Assamese Labra

Today we are travelling to assam. I m sure all the BM-ers doing this marathon, would definitely agree, that the NE states gave us a tough run while searching for their food habits. But, this gave me the strongest urge to learn more about their food habits, a deep digging gave me lead to few journals published about their Food,culture and ethnicity of their tribal life. Here i present a glimpse of what i absorbed. 
Northeastern India is one of the richest floras in India, where people depend on shifting cultivation systems and forest based food products for their sustainable survival. This region, which lies under eastern Himalayan ecosystem, is not only rich in plants diversity but also have a great treasure of cultural, social and linguistic variability, conserved by tribal people. The region is a treasure of indigenous knowledge systems pertaining to agriculture, food, medicine, and natural resources management
People are habituated to live and survive with the forest and Jhum cultivation culture, which ensure a range of ethnic foods rich in nutrition and compatible to culture and ethnicity of tribes. Since time immemorial, tribal women have conserved many local crops, ethnic vegetables and indigenous fruits used in local diet for food and nutritional security.

Assamese Cuisine,is a style of cooking that is a confluence of cooking habits of the hills that favor fermentation and drying as forms of food preservation, and those from the plains that provide fresh vegetables and abundance of fish from its many rivers and ponds; both of which are centered on the main ingredient—rice.
The cuisine is characterized by very little use of spices, little cooking over fire and strong flavors due mainly to the use of endemic exotic fruits and vegetables that are either fresh, dried or fermented. Fish is widely used, and birds like duck, squab etc. are very popular, which are often paired with a main vegetable or ingredient. Preparations are rarely elaborate—the practice of Bhuna, the gentle frying of spices before the addition of the main ingredients so common in Indian cooking, is absent in the cuisine of Assam.

Info Source : CSIR – NISCAIR, WIKI
Recipe Inspired from Sunitabhuyan


1.5 Cups chopped butternut squash/pumpkin
1 Cup chopped aubergine
1 medium-sized moola/mooli(Daikon radish), chopped
2 medium sized potatoes, chopped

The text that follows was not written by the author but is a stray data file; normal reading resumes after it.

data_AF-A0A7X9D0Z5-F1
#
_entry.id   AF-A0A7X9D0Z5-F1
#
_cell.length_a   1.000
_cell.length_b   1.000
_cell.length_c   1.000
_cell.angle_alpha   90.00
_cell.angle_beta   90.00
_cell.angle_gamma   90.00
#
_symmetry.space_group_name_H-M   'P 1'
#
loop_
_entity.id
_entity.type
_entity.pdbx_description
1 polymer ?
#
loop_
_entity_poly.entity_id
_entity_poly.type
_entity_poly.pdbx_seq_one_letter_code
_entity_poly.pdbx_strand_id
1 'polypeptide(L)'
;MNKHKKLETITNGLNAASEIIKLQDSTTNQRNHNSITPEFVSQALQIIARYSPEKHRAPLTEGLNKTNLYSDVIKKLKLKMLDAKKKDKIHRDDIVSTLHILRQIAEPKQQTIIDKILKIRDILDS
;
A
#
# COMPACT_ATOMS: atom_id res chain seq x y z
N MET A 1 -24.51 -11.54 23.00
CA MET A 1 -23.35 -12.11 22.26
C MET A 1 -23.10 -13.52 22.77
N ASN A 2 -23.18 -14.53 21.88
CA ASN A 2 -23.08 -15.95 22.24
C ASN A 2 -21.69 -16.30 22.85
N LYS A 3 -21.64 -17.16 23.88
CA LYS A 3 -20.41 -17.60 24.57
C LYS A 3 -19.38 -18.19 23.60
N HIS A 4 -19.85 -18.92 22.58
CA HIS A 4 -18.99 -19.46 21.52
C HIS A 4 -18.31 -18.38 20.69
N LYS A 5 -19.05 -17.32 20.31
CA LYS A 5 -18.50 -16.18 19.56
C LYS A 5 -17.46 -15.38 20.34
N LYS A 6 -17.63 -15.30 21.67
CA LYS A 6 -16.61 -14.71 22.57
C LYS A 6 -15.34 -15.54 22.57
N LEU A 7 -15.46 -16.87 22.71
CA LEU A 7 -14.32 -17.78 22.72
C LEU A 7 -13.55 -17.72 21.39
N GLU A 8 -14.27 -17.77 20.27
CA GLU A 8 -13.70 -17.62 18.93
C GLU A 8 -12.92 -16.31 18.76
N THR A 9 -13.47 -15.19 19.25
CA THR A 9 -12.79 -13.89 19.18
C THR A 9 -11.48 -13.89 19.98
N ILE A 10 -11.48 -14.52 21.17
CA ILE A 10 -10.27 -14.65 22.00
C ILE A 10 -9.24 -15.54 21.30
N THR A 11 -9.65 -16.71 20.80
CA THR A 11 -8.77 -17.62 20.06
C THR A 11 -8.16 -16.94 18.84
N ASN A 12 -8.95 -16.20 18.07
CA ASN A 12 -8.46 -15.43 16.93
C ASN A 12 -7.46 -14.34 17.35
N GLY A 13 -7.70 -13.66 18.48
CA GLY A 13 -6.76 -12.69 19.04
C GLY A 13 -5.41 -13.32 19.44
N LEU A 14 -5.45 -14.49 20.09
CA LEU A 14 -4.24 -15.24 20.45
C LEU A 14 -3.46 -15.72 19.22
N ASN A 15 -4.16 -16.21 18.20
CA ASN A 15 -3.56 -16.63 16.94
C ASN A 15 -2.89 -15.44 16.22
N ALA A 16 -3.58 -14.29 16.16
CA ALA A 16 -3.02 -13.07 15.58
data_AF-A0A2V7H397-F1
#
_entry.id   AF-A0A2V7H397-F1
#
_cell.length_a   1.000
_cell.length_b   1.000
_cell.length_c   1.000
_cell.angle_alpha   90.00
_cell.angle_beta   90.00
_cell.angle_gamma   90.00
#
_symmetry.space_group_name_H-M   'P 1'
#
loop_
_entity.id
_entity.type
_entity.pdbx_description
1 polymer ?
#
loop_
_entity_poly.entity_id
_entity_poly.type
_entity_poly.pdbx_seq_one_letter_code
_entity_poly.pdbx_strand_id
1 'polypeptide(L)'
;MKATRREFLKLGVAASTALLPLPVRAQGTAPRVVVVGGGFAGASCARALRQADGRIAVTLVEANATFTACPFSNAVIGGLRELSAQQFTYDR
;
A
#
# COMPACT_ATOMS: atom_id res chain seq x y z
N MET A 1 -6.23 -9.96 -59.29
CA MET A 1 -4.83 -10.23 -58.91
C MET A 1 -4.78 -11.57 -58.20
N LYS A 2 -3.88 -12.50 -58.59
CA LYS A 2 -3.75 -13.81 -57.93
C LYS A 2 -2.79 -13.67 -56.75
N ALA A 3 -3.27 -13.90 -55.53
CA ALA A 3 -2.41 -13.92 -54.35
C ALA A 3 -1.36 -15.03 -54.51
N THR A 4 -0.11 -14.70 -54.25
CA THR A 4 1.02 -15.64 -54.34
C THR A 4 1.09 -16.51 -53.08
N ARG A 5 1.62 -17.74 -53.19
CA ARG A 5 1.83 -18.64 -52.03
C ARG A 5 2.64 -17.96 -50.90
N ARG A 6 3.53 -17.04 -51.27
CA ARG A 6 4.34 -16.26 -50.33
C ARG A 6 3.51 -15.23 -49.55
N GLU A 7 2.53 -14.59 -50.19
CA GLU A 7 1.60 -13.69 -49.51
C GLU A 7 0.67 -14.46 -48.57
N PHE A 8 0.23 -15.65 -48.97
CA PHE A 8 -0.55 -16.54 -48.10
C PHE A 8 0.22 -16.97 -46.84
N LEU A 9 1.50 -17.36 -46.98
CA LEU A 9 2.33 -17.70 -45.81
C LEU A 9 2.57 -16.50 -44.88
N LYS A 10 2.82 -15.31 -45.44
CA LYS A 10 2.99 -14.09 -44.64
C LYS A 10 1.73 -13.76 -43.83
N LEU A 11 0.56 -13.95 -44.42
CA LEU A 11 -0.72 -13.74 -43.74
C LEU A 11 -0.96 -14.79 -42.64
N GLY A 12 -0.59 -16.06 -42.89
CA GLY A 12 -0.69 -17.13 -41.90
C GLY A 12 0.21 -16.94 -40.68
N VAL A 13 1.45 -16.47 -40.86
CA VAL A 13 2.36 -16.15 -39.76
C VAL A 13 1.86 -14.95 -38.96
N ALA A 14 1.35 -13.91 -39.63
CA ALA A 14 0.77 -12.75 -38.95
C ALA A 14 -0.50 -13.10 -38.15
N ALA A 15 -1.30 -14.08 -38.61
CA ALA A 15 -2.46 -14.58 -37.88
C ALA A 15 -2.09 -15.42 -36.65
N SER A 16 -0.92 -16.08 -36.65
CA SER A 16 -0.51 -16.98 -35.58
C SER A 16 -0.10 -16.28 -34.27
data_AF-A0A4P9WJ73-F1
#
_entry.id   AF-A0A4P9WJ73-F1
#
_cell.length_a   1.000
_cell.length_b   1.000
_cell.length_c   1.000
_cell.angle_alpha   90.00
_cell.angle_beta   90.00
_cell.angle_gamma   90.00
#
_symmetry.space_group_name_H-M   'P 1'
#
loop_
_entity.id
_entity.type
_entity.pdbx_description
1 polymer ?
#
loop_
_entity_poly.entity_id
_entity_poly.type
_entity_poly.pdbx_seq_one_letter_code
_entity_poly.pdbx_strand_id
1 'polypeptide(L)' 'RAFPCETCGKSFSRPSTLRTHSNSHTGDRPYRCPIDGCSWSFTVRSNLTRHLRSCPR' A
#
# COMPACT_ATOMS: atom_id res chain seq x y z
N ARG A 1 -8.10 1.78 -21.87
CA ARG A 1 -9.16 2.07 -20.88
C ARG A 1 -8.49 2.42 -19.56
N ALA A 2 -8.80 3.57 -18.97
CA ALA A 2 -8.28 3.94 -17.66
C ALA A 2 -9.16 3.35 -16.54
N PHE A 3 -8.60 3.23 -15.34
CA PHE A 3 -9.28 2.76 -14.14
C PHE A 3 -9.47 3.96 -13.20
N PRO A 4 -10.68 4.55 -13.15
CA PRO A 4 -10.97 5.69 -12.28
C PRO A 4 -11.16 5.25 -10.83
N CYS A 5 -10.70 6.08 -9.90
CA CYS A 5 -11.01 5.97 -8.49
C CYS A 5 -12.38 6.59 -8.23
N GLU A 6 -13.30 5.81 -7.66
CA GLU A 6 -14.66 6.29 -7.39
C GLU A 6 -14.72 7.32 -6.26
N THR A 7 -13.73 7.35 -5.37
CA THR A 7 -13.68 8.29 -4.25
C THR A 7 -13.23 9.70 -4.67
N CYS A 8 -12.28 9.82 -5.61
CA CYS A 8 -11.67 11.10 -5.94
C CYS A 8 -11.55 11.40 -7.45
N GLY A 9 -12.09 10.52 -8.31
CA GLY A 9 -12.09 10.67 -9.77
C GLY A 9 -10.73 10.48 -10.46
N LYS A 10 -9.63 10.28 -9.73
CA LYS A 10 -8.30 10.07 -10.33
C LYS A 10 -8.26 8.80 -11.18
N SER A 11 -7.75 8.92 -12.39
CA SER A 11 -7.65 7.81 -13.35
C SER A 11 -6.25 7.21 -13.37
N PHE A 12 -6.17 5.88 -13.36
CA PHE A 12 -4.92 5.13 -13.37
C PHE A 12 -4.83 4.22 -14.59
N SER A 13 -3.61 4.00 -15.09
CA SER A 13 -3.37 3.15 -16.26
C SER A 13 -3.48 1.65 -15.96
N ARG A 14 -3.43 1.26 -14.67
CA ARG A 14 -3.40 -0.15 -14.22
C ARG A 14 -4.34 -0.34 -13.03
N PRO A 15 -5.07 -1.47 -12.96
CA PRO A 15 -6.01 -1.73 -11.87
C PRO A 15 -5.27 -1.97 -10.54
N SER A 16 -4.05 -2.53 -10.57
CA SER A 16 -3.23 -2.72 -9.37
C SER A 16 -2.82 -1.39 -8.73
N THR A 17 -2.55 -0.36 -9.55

1 medium raw banana, chopped
1/2 tsp sugar
salt to taste
3/4 tsp turmeric powder
1 tsp cumin powder
3/4 tsp garam masala powder
1 and 1/2 Cup water

To Grind
2 nos  medium onion
4 cloves of garlic
2 inches of ginger
2 whole red chilli


2 tbsp mustard oil/vegetable oil
1 tsp paas puron/paanch phoron
1 bay leaf
1 whole red chilli, halved

  • Grind the ingredients given under “To Grind” to a paste. Heat the oil in a pan and add the ingredients for tempering. When the seeds splutter, add the onion-ginger-garlic-chilli paste. Keep stirring till the moisture evaporates and the mixture is lumpy.
  • Add the vegetables, radish, potatoes,butternut squash, raw banana and aubergine, stirring well after each addition till everything is nicely coated with the spices.Add the sugar and season with salt.
  • Reduce the heat to low, cover and cook till the vegetables are done 3/4ths of the way, stirring every now and then.Add the turmeric and cumin powders, stir well for about a minute and add the water. Bring to a boil over high heat. 
  • Reduce the heat to low, cover and cook till done, stirring every now and then. The aubergine should have lost its shape, the squash and potatoes very soft ( no sharp edges) and the radish slightly firm. Add the garam masala powder.
  • Increase the heat and stirring continuously, reduce the gravy, but do not let it dry out completely.Serve hot as a side dish with plain rice and dal.
  • The Labra was amazing, the aroma of it while cooking, was fantastic, keeping in mind the amount of masala/spices used, it was mind-blowing. It paired well with rice, while hubby had it with roti’s and i had it as such to serve my daily dose of veggies.